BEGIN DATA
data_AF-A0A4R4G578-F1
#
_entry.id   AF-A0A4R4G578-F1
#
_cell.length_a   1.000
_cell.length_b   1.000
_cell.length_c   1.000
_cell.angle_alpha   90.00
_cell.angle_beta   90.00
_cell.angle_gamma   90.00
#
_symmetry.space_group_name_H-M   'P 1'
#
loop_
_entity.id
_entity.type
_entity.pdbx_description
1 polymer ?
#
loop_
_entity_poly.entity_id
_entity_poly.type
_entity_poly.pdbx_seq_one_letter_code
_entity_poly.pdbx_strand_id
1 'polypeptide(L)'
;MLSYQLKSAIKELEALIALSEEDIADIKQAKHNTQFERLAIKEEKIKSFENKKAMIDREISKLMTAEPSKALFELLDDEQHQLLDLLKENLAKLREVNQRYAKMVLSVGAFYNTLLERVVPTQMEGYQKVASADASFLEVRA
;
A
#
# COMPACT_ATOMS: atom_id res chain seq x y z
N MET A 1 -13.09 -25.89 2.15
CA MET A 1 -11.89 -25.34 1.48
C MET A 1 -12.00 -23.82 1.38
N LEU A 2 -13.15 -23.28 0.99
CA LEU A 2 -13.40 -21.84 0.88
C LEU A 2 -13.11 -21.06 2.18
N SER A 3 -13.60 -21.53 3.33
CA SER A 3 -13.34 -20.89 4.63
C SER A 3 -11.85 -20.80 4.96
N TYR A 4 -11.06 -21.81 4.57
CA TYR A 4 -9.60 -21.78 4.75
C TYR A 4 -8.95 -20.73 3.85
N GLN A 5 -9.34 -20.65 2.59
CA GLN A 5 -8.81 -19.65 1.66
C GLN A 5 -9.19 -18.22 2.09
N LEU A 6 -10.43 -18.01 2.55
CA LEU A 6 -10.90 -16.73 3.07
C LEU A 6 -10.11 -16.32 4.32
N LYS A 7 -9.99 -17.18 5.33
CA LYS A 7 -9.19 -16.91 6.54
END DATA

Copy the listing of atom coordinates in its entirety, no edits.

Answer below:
data_AF-A0A4R4G578-F1
#
_entry.id   AF-A0A4R4G578-F1
#
_cell.length_a   1.000
_cell.length_b   1.000
_cell.length_c   1.000
_cell.angle_alpha   90.00
_cell.angle_beta   90.00
_cell.angle_gamma   90.00
#
_symmetry.space_group_name_H-M   'P 1'
#
loop_
_entity.id
_entity.type
_entity.pdbx_description
1 polymer ?
#
loop_
_entity_poly.entity_id
_entity_poly.type
_entity_poly.pdbx_seq_one_letter_code
_entity_poly.pdbx_strand_id
1 'polypeptide(L)'
;MLSYQLKSAIKELEALIALSEEDIADIKQAKHNTQFERLAIKEEKIKSFENKKAMIDREISKLMTAEPSKALFELLDDEQHQLLDLLKENLAKLREVNQRYAKMVLSVGAFYNTLLERVVPTQMEGYQKVASADASFLEVRA
;
A
#
# COMPACT_ATOMS: atom_id res chain seq x y z
N MET A 1 -13.09 -25.89 2.15
CA MET A 1 -11.89 -25.34 1.48
C MET A 1 -12.00 -23.82 1.38
N LEU A 2 -13.15 -23.28 0.99
CA LEU A 2 -13.40 -21.84 0.88
C LEU A 2 -13.11 -21.06 2.18
N SER A 3 -13.60 -21.53 3.33
CA SER A 3 -13.34 -20.89 4.63
C SER A 3 -11.85 -20.80 4.96
N TYR A 4 -11.06 -21.81 4.57
CA TYR A 4 -9.60 -21.78 4.75
C TYR A 4 -8.95 -20.73 3.85
N GLN A 5 -9.34 -20.65 2.59
CA GLN A 5 -8.81 -19.65 1.66
C GLN A 5 -9.19 -18.22 2.09
N LEU A 6 -10.43 -18.01 2.55
CA LEU A 6 -10.90 -16.73 3.07
C LEU A 6 -10.11 -16.32 4.32
N LYS A 7 -9.99 -17.18 5.33
CA LYS A 7 -9.19 -16.91 6.54